May 24, 2018, Hinckley, Ohio – A township in north-central Ohio seems a long way from Mosul, Iraq, or from the refugee camps in northern Iraq. But these distant areas were recently connected by a Japanese girl who folded paper cranes, a Dominican artist and art teacher who painted paper cranes, an elementary school art teacher, and a class of compassionate and innovative fifth-grade students.
This connection can now be seen in three small paintings of folded paper cranes displayed in the library of Hinckley Elementary School in Hinckley, Ohio. The cranes were brought to the school through the innovation of a fifth-grade art class that raised more than their goal of 1,000 quarters – a total of nearly $364 – from their classmates as a donation to support the work of the Dominican Sisters of St. Catherine of Mosul, Iraq.
Katie Hatch Massaro, the art teacher at Hinckley Elementary School in Hinckley, Ohio, has for 10 years been teaching her students the story of 1,000 paper cranes folded by Sadako Saski, a 12-year-old Japanese girl who was exposed to the atomic bomb at Hiroshima and died of leukemia 10 years later. The heart-wrenching story of this young girl inspired Sister Barbara Cervenka, OP, to create 1,000 small paintings of paper cranes, which can be adopted for a donation of $100. The donations have helped the Dominican Sisters of St. Catherine of Siena who fled Mosul with hundreds of thousands of their neighbors on August 6, 2014, with the arrival of ISIS warriors. During their time in a refugee camp in northern Iraq, the Sisters opened schools and clinics to serve the needs of their fellow refugees.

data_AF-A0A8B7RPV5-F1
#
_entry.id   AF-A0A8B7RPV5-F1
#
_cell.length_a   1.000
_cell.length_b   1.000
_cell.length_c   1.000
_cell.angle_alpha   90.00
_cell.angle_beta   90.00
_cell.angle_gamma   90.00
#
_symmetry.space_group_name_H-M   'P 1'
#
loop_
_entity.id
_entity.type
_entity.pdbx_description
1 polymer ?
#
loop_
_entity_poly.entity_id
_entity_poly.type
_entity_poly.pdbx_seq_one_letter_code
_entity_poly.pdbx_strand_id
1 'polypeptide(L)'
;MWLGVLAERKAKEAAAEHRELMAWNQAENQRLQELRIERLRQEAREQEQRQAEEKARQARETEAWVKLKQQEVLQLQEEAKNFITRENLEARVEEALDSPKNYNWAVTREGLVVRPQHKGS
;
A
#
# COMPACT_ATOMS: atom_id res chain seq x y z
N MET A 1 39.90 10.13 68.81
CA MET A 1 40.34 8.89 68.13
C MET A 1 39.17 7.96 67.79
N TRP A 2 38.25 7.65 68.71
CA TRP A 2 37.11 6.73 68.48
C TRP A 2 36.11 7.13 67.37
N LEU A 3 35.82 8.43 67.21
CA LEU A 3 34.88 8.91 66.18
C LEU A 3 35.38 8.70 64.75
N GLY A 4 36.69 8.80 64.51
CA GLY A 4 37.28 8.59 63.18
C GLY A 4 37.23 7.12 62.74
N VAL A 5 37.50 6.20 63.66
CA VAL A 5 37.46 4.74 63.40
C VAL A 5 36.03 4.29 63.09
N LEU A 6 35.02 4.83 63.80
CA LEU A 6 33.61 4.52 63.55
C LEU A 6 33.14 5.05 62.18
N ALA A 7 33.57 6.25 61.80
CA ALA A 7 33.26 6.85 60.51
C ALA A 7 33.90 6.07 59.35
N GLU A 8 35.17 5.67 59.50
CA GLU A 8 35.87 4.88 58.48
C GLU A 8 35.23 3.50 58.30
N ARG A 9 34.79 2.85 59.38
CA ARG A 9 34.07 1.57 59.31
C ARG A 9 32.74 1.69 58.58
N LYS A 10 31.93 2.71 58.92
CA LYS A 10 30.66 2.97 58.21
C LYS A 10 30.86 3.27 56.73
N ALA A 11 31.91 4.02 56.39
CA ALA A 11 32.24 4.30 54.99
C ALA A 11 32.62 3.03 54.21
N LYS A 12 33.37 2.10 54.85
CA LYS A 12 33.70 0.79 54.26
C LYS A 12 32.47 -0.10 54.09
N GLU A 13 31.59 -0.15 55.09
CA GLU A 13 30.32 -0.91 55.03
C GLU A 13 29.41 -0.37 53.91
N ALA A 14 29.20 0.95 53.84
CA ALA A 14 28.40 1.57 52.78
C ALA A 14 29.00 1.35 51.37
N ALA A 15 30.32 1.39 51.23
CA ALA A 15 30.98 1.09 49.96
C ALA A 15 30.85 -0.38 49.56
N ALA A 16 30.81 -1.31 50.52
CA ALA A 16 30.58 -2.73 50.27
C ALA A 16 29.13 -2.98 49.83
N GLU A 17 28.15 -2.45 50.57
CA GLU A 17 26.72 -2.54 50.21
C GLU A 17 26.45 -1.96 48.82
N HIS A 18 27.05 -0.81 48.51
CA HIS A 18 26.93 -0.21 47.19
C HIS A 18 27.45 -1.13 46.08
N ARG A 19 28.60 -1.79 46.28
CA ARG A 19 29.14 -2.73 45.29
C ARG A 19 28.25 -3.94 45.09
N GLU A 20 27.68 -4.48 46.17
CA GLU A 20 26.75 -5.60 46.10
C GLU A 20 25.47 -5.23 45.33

Many of the Sisters and other refugees have since returned to their homes after ISIS was expelled, but now face the challenges of rebuilding their homes and churches that were destroyed.
“I’ve been teaching about paper cranes for 10 years,” said Katie, a student of Sister Barbara’s and a 2007 graduate of Siena Heights University. She teaches her fifth-grade classes the story of Sadako and how to fold the paper cranes. In recent years, she has followed this lesson up with the story of Sister Barbara’s project. “We talked about what it meant to be a refugee,” she said. They understood that the Sisters and neighbors were forced out of their homes, and that the donations would help the people.
Katie didn’t initiate the idea of the class making a donation for a crane in support of the refugees. “I wanted the kids to be self-motivated” and to come up with the idea on their own, she said.
Her wait came to an end this semester when a student suggested making a donation for one of the paintings, Katie recalled. Students discussed the idea during lunch and a small group approached her. “I worked with them through the whole process,” she said, by encouraging them to find a way that they could raise the money on their own. Students decided to collect 1,000 quarters from among their fifth-grade classmates.
“The kids assigned jobs to everyone in the class and even built their own website,” Katie recalled. They created a presentation for the principal, James Carpenter, and the Parent-Teacher Organization to secure permission and garner support for the project. Just two weeks after they presented the project to their classmates, they had exceeded their goal. Because they wanted to add framing to their order, they intended to order two cranes, but the PTO suggested they order three – and offered to supplement the money that the students had raised.
The process did not end there, Katie added. The class took a vote to choose the cranes paintings they wanted, choosing green cranes to match the school’s color.
The students later reflected on the impact that the project had on them. “It was tough and challenging, but it was worth it,” one student said. Others spoke of the impact they hoped the project will have on the Sisters in Iraq and the people they serve. “It was a good opportunity to help people and inspire other students once we’ve left Hinckley Elementary School,” one student said. Another made the connection to the story of the 1,000 cranes folded in Japan and to Sister Barbara. “The inspiration chain goes from Sadako to her classmates to the 1,000 Crane Project for Iraq to us at Hinckley Elementary,” the student said. “We hope it keeps going!”